Background: The powers of the low-frequency (LF) and high-frequency (HF) oscillations characterizing heart rate variability (HRV) appear to reflect, in their reciprocal relationship, changes in the state of the sympathovagal balance occurring during numerous physiological and pathophysiological conditions. However, no adequate information is available on the quantitative resolution of this methodology.
Methods and results: We studied 22 healthy volunteers (median age, 46.5 years) who were subjected after a rest period to a series of passive head-up tilt steps randomly chosen from the following angles: 15 degrees, 30 degrees, 45 degrees, 60 degrees, and 90 degrees. From the continuous ECG, after appropriate analog-to-digital conversion, a personal computer was used to compute, with an autoregressive methodology, time and frequency domain indexes of RR interval variability. Spectral and cross-spectral analysis with the simultaneously recorded respiratory signal excluded its contribution to LF. Age was significantly correlated to variance and to the absolute values in milliseconds squared of very-low-frequency (VLF), LF, and HF components. The tilt angle was correlated to both LF and HF (expressed in normalized units [nu]) and to the LF-to-HF ratio (r = .78, -.72, and .68; respectively). Lower levels of correlation were found with HF (in ms2) and RR interval. No correlation was present between tilt angle and variance, VLF, or LF (in ms2). Individual analysis confirmed that the use of nu provided the greatest consistency of results.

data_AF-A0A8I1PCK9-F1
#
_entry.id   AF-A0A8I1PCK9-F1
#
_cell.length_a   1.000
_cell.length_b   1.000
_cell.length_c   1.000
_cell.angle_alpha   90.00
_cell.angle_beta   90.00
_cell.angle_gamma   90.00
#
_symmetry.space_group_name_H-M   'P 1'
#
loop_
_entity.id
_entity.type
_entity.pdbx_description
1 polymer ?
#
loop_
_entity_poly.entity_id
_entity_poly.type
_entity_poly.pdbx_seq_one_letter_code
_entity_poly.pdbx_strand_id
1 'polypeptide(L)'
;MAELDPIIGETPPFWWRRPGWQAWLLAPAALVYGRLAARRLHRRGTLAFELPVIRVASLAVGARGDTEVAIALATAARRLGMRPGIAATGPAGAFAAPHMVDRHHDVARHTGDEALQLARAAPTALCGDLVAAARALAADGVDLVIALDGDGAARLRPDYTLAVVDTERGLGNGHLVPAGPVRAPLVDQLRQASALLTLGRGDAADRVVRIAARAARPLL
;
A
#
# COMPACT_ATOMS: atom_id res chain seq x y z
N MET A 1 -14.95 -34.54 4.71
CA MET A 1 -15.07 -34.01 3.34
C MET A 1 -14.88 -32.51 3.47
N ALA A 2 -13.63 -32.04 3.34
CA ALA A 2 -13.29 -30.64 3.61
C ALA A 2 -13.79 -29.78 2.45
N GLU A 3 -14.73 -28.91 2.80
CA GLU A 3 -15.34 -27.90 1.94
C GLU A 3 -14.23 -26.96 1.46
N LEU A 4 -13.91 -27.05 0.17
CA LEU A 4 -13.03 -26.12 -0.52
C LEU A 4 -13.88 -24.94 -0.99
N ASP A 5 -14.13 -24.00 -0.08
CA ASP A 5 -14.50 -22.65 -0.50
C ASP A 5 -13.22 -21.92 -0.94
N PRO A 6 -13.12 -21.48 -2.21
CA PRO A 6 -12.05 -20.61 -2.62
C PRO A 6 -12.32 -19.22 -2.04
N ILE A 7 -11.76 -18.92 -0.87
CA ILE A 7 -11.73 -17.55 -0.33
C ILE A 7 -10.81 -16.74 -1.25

Conclusions: Spectral analysis of HRV, using nu or LF-to-HF ratio, appears to be capable of providing a noninvasive quantitative evaluation of graded changes in the state of the sympathovagal balance.